Sure hope so. Just brewed a fresh pot of coffee.
Little cool out on the porch tonite!



posted on Mar, 6 2011 @ 10:25 PM
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Originally posted by retiredTxn
reply to post by C.H.U.D.
 


I live in Mansfield, Texas and at 8:11 pm Central, I saw a bright green meteor travel east to west. It disappeared at about 25 to 30 degrees above the horizon. It was gorgeous to watch. At approximately 8:20 pm I saw another green one, yet not as bright. God, I love Texas and the wonders of our Earth and the Universe!



Really? I could be wrong but from what I can tell by looking at the JPL Small-Body Database, the incoming object is coming in at an angle that would make us see it cross the sky from west to east, not east to west how you describe.



posted on Mar, 6 2011 @ 10:53 PM
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Originally posted by WielderOfTheSwordOfTruth

Originally posted by retiredTxn
reply to post by C.H.U.D.
 


I live in Mansfield, Texas and at 8:11 pm Central, I saw a bright green meteor travel east to west. It disappeared at about 25 to 30 degrees above the horizon. It was gorgeous to watch. At approximately 8:20 pm I saw another green one, yet not as bright. God, I love Texas and the wonders of our Earth and the Universe!



Really? I could be wrong but from what I can tell by looking at the JPL Small-Body Database, the incoming object is coming in at an angle that would make us see it cross the sky from west to east, not east to west how you describe.


From my viewpoint, it was east to west. Really...



posted on Mar, 6 2011 @ 11:18 PM
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reply to post by Nekbet
 


Thanks again Nekbet,

The planes usually get me too :lol

Wait till you see a bright satellite flare, or bits of random space junk flashing in the sky... it can really mess with your head (there are a few ATS threads here with many confused people wondering what they saw, and much of it can be explained by satellites/junk IMO).

Don't get disheartened if you don't see a fireball now, there are 3 or 4 annual meteor showers that you can pretty much rely on to produce a fireball class meteor or two, if you observe through the peak night. There are no guarantees that you will see fireballs the first time, especially if the weather is not cooperative, so it's best to hedge your bets and try to observe on a few nights either side of the peak time of a meteor shower if you can, and/or plan to observe at least 2 showers.

Finding a good spot to observe from will help you see more too - more often than not fireballs are seen low on the horizon, so having all round clear horizons increases your chances, and you should be flat on your back to take advantage of this.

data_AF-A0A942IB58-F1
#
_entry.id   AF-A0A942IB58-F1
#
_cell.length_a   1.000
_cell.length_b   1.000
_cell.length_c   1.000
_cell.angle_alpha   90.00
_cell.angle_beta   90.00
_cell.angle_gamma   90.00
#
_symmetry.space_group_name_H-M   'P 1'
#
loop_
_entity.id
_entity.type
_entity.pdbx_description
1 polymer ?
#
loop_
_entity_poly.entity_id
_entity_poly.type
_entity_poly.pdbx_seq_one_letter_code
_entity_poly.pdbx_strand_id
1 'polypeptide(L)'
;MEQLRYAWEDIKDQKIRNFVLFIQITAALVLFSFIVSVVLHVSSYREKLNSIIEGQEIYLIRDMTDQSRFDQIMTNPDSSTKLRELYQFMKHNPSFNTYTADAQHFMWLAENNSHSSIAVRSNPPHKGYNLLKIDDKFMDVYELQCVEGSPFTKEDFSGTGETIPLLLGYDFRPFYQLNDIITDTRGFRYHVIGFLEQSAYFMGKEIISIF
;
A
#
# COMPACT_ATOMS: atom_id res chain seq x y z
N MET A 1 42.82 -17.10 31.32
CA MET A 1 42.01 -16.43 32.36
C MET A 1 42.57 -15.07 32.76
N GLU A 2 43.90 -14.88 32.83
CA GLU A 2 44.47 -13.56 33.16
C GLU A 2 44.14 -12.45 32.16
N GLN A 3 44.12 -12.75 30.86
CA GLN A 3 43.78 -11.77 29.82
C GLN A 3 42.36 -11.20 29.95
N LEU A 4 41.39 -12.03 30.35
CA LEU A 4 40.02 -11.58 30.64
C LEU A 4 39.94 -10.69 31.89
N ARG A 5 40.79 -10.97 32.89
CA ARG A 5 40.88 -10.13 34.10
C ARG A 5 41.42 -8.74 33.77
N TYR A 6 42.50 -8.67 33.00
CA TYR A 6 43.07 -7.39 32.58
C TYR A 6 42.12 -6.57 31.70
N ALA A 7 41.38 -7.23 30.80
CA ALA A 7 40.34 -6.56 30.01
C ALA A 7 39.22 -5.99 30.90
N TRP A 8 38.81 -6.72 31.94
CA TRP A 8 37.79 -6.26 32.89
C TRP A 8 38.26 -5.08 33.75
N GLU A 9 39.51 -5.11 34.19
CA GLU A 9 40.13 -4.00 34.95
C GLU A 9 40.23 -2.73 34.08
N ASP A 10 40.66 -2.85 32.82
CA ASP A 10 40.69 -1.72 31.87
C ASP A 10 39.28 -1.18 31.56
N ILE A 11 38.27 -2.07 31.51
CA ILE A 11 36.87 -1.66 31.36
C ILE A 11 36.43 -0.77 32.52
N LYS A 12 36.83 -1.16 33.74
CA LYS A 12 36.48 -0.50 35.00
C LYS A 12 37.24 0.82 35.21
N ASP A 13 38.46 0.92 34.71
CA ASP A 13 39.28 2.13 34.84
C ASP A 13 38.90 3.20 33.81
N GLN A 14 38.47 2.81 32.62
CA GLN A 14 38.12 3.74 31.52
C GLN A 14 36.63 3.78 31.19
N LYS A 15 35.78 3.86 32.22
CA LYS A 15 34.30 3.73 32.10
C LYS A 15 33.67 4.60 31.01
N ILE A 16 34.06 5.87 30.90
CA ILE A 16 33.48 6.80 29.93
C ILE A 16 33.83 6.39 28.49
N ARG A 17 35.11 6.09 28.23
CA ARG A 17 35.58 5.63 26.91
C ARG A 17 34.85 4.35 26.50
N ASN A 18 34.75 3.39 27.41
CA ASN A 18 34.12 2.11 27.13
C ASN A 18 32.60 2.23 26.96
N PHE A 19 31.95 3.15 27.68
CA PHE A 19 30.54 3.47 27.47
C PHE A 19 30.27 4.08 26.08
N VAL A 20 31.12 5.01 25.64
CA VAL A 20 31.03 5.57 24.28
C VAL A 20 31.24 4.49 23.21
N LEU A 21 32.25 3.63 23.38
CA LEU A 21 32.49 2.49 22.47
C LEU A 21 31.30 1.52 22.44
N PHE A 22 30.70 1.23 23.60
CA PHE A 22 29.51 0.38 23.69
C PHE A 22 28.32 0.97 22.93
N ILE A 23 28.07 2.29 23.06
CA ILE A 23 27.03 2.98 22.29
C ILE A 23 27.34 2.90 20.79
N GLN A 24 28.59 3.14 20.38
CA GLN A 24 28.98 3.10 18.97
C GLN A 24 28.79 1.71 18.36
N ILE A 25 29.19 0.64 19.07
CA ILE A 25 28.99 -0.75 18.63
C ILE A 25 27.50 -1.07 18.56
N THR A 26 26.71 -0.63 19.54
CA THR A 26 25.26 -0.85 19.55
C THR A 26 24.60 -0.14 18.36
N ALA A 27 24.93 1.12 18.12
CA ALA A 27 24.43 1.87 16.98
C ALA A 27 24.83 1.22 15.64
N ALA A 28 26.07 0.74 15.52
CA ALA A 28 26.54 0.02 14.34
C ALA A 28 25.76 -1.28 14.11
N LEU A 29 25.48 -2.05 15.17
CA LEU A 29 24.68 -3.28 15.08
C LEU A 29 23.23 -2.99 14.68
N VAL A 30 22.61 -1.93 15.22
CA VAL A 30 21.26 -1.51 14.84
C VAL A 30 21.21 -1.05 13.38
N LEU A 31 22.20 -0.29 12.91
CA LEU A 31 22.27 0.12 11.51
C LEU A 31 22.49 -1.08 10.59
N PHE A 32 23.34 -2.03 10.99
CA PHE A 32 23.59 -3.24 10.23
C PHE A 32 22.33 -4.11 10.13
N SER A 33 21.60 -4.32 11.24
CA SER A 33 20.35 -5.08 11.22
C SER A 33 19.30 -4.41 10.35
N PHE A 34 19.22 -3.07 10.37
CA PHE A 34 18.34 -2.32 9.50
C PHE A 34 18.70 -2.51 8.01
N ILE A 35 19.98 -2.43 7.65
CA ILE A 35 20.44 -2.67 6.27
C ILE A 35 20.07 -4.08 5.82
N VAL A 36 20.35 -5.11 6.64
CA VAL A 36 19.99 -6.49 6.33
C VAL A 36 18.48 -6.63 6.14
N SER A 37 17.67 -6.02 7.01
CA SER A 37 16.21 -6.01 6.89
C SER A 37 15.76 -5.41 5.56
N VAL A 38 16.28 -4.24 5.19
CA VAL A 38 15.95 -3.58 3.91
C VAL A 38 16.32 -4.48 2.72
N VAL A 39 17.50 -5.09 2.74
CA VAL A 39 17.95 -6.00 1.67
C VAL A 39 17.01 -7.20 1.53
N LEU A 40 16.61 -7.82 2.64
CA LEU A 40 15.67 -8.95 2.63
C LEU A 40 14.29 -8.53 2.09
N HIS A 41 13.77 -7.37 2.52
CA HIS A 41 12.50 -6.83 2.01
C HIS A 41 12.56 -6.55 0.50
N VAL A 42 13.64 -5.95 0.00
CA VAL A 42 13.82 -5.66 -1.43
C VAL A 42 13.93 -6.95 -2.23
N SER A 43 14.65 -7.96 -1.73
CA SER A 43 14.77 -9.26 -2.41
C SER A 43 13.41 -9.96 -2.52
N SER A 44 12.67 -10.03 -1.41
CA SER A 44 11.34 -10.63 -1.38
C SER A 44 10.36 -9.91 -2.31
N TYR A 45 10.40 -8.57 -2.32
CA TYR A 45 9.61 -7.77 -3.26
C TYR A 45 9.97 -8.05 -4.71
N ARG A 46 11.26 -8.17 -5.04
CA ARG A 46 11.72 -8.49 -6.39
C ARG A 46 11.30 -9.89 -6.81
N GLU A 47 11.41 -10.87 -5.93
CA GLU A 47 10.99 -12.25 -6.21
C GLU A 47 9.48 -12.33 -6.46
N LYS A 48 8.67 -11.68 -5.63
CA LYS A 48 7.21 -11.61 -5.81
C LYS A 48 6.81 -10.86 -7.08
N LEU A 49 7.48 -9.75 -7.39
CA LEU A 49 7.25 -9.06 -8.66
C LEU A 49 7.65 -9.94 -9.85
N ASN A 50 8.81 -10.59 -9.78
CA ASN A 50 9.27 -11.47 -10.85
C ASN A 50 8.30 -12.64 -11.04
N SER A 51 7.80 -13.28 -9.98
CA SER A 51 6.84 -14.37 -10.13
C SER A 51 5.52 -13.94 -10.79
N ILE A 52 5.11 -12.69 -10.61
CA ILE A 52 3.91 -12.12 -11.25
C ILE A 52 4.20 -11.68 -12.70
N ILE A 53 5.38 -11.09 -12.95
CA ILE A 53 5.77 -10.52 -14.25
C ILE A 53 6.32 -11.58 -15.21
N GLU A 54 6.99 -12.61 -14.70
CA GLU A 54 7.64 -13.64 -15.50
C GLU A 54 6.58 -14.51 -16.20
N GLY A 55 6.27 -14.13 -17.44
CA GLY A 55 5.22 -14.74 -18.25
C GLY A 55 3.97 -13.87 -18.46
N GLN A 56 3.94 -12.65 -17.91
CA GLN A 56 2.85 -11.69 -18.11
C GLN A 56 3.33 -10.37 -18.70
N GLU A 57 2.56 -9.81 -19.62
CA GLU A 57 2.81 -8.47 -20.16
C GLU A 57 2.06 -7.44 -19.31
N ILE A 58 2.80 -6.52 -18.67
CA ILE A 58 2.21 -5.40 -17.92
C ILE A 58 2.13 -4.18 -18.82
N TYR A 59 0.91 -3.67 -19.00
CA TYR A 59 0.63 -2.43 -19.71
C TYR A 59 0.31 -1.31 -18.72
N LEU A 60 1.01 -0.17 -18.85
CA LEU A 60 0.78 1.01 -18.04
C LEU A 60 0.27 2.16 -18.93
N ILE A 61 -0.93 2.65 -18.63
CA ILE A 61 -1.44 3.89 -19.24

The most important kit is a good portable bed, a sleeping bag, and warm cloths. If you are not moving around much, warmth drains away surprisingly quickly under a clear starry sky, and good locations for observing meteors tend to be exposed, which can make observing very uncomfortable if you are not well prepared for it.

Good luck, and hope you catch a few nice ones soon.



posted on Mar, 6 2011 @ 11:34 PM
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reply to post by retiredTxn
 


Maybe you did see something, but if it was traveling east to west I don't think it was this object. I'm pretty sure its coming in west to east, I drew up this picture right quick to explain why i think that.




posted on Mar, 6 2011 @ 11:45 PM
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Originally posted by retiredTxn

Originally posted by WielderOfTheSwordOfTruth

Originally posted by retiredTxn
reply to post by C.H.U.D.
 


I live in Mansfield, Texas and at 8:11 pm Central, I saw a bright green meteor travel east to west. It disappeared at about 25 to 30 degrees above the horizon. It was gorgeous to watch. At approximately 8:20 pm I saw another green one, yet not as bright. God, I love Texas and the wonders of our Earth and the Universe!



Really? I could be wrong but from what I can tell by looking at the JPL Small-Body Database, the incoming object is coming in at an angle that would make us see it cross the sky from west to east, not east to west how you describe.


From my viewpoint, it was east to west. Really...


Keep in mind (as I mentioned before), there are lots of small (but still capable of causing an impressive meteor/fireball) objects out there, and working out what source they are from is not that simple, although what you saw may well be due to a small asteroid/asteroid fragments.

It would be nice if you could fill out a fireball report form with the details of the bright meteor you saw. The data you provide might help in solving this mystery, and/or finding any meteorites that may have made it to the ground.

Good job catching a nice one either way



posted on Mar, 7 2011 @ 12:13 AM
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reply to post by C.H.U.D.
 


I'll be glad to fill one out. Here in Texas, we see a lot of these, or at least folks I know have and still do.
When you get out of the big cities, you can see a lot more in the skies than city folk. Thanks for the link.

Just went and filled out the form. Hope it helps.

edit on 7-3-2011 by retiredTxn because: Add info



posted on Mar, 7 2011 @ 12:14 AM
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Glad this thread stayed on topic with no drama....PHEW!

Hopefully you guys had a good time viewing the meteors, i guess we still have a few close calls till the 9th, so their may be some room for more viewing pleasure! Ill do my best to keep this thread up to date with whats coming next



posted on Mar, 7 2011 @ 12:45 AM
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So....does anyobdy able to take a picture of it ?

I'm very curious.